Unemployment dips as 246,000 jobs added in August: StatCan

By | September 4, 2020

OTTAWA — Statistics Canada says the economy added 246,000 in August as the pace of job gains slowed compared with July, when 419,000 jobs were added.

The figure marked the fourth consecutive month of gains from COVID-19 related lockdowns this spring, bringing the number to within 1.1 million of pre-pandemic levels.

Gains in August were largely concentrated in full-time work, which had been lagging behind gains in part-time employment.

Full-time work rose by 206,000 while the number of part-time workers rose by 40,000.

Full-time employment is now almost six per cent away from pre-pandemic levels compared to the 3.9 per cent shortfall in part-time work.

Employment also rose at a faster pace for women than men for the third straight month as Statistics Canada reported women gained about 150,000 positions in August compared with 96,000 for men.

As well, the number of Canadians working less than half their usual hours — likely due to COVID-19 — fell by 14.6 per cent. That leaves some 713,000 workers still working fewer hours, down from the 2.5 million peak in April.

More Canadians headed into work instead of their home office, Statistics Canada says, noting that 300,000 fewer people worked from home while those working in other locations rose by almost 400,000.

The unemployment rate fell to 10.2 per cent in August compared with 10.9 per cent in July.

Economists were expecting a slightly higher gain of 275,000 jobs in August and an unemployment rate of 10.1 per cent, according to financial data firm Refinitiv.

Statistics Canada says the unemployment rate in August would have been 13 per cent had it included in calculations people who wanted a job, but didn’t look for work.

The unemployment rate was higher for racialized workers than non-racialized workers.

Statistics Canada says the rate, not seasonally adjusted, for Arab workers was 17.9 per cent, followed by 17.6 per cent for Black workers, and then 16.6 per cent for those who identify as Southeast Asian.

The agency also says that employment among Indigenous people living off-reserve fell by 1.8 per cent from July, compared with gains of 1.3 per cent for non-Indigenous Canadians.

That left Indigenous people with an employment rate at 91.4 per cent of February levels, compared to 96.7 per cent for non-Indigenous Canadians, Statistics Canada says.

Here’s a quick look at Canada’s August employment (numbers from the previous month in brackets):

  • Unemployment rate: 10.2 per cent (10.9)
  • Employment rate: 58.0 per cent (57.3)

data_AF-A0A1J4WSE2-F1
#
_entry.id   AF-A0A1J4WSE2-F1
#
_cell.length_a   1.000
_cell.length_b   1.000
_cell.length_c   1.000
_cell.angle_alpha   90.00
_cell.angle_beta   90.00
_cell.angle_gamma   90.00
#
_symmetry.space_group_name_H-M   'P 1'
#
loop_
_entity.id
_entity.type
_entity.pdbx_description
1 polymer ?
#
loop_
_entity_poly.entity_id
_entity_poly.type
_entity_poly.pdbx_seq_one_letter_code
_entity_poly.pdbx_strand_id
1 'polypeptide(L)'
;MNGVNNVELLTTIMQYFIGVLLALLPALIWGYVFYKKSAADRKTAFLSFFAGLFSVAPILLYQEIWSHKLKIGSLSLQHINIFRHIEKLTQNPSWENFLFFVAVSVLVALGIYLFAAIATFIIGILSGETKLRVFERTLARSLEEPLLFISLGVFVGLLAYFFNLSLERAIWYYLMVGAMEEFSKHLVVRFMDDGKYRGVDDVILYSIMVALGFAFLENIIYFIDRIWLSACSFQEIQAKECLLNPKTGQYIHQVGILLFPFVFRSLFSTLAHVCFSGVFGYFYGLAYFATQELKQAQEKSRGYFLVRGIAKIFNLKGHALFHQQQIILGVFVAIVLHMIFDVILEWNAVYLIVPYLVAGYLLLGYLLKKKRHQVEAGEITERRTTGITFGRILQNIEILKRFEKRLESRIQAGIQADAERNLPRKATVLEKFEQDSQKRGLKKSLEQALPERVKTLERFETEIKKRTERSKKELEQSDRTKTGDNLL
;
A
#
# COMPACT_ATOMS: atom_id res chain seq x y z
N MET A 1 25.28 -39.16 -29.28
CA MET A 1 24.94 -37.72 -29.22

• Participation rate: 64.6 per cent (64.3)
  • Number unemployed: 2,046,900 (2,183,600)
  • Number working: 18,091,700 (17,845,900)
  • Youth (15-24 years) unemployment rate: 23.1 per cent (24.2)
  • Men (25 plus) unemployment rate: 8.4 per cent (8.9)
  • Women (25 plus) unemployment rate: 7.7 per cent (8.6)

Here are the jobless rates last month by province (numbers from the previous month in brackets):

  • Newfoundland and Labrador 13.1 per cent (15.6)
  • Prince Edward Island 10.7 per cent (11.7)
  • Nova Scotia 10.3 per cent (10.8)
  • New Brunswick 9.4 per cent (9.8)
  • Quebec 8.7 per cent (9.5)
  • Ontario 10.6 per cent (11.3)
  • Manitoba 8.1 per cent (8.2)
  • Saskatchewan 7.9 per cent (8.8)
  • Alberta 11.8 per cent (12.8)
  • British Columbia 10.7 per cent (11.1)

Statistics Canada also released seasonally adjusted, three-month moving average unemployment rates for major cities. It cautions, however, that the figures may fluctuate widely because they are based on small statistical samples. Here are the jobless rates last month by city (numbers from the previous month in brackets):

  • St. John’s, N.L. 10.5 per cent (11.7)
  • Halifax 10.1 per cent (10.9)
  • Moncton, N.B. 7.0 per cent (8.2)
  • Saint John, N.B. 9.7 per cent (9.8)
  • Saguenay, Que. 6.3 per cent (8.3)
  • Quebec City 6.3 per cent (8.6)
  • Sherbrooke, Que. 8.2 per cent (8.7)
  • Trois-Rivieres, Que. 7.6 per cent (9.8)
  • Montreal 11.8 per cent (13.0)
  • Gatineau, Que. 8.1 per cent (9.1)
  • Ottawa 9.5 per cent (9.2)
  • Kingston, Ont. 10.1 per cent (11.3)
  • Peterborough, Ont. 10.0 per cent (10.6)
  • Oshawa, Ont. 11.4 per cent (12.4)
  • Toronto 13.9 per cent (14.7)
  • Hamilton, Ont. 10.0 per cent (11.3)
  • St. Catharines-Niagara, Ont. 11.3 per cent (12.5)
  • Kitchener-Cambridge-Waterloo, Ont. 12.9 per cent (12.9)
  • Brantford, Ont. 9.8 per cent (10.6)
  • Guelph, Ont. 11.1 per cent (13.8)
  • London, Ont. 9.3 per cent (10.5)
  • Windsor, Ont. 10.1 per cent (12.5)
  • Barrie, Ont. 9.2 per cent (9.7)
  • Greater Sudbury, Ont. 8.6 per cent (9.2)
  • Thunder Bay, Ont. 9.2 per cent (10.3)
  • Winnipeg 10.4 per cent (11.1)
  • Regina 9.3 per cent (10.5)
  • Saskatoon 10.8 per cent (12.7)
  • Calgary 14.4 per cent (15.5)
  • Edmonton 13.6 per cent (15.0)
  • Kelowna, B.C. 9.0 per cent (10.0)
  • Abbotsford-Mission, B.C. 8.2 per cent (8.3)
  • Vancouver 12.8 per cent (13.3)
  • Victoria 10.3 per cent (11.1)

 

This report by The Canadian Press was first published Sept. 4, 2020

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